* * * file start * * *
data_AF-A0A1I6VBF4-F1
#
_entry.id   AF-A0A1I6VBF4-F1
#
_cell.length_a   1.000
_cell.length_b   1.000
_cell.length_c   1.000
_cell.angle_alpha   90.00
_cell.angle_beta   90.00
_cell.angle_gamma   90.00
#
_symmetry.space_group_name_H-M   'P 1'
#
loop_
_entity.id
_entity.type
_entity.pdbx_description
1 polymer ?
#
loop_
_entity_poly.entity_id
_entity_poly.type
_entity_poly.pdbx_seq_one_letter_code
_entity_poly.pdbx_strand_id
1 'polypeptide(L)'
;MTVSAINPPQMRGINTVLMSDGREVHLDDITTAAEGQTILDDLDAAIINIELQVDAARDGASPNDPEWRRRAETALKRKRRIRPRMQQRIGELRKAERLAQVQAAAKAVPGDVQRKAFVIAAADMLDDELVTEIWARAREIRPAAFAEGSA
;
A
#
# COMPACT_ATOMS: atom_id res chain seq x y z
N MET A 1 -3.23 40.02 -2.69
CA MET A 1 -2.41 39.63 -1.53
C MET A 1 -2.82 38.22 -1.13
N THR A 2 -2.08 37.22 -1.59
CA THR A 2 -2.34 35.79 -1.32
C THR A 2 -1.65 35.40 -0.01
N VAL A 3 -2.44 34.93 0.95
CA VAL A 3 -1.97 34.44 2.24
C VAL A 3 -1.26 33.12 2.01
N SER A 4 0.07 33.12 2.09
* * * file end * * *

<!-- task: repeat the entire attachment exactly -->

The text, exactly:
data_AF-A0A1I6VBF4-F1
#
_entry.id   AF-A0A1I6VBF4-F1
#
_cell.length_a   1.000
_cell.length_b   1.000
_cell.length_c   1.000
_cell.angle_alpha   90.00
_cell.angle_beta   90.00
_cell.angle_gamma   90.00
#
_symmetry.space_group_name_H-M   'P 1'
#
loop_
_entity.id
_entity.type
_entity.pdbx_description
1 polymer ?
#
loop_
_entity_poly.entity_id
_entity_poly.type
_entity_poly.pdbx_seq_one_letter_code
_entity_poly.pdbx_strand_id
1 'polypeptide(L)'
;MTVSAINPPQMRGINTVLMSDGREVHLDDITTAAEGQTILDDLDAAIINIELQVDAARDGASPNDPEWRRRAETALKRKRRIRPRMQQRIGELRKAERLAQVQAAAKAVPGDVQRKAFVIAAADMLDDELVTEIWARAREIRPAAFAEGSA
;
A
#
# COMPACT_ATOMS: atom_id res chain seq x y z
N MET A 1 -3.23 40.02 -2.69
CA MET A 1 -2.41 39.63 -1.53
C MET A 1 -2.82 38.22 -1.13
N THR A 2 -2.08 37.22 -1.59
CA THR A 2 -2.34 35.79 -1.32
C THR A 2 -1.65 35.40 -0.01
N VAL A 3 -2.44 34.93 0.95
CA VAL A 3 -1.97 34.44 2.24
C VAL A 3 -1.26 33.12 2.01
N SER A 4 0.07 33.12 2.09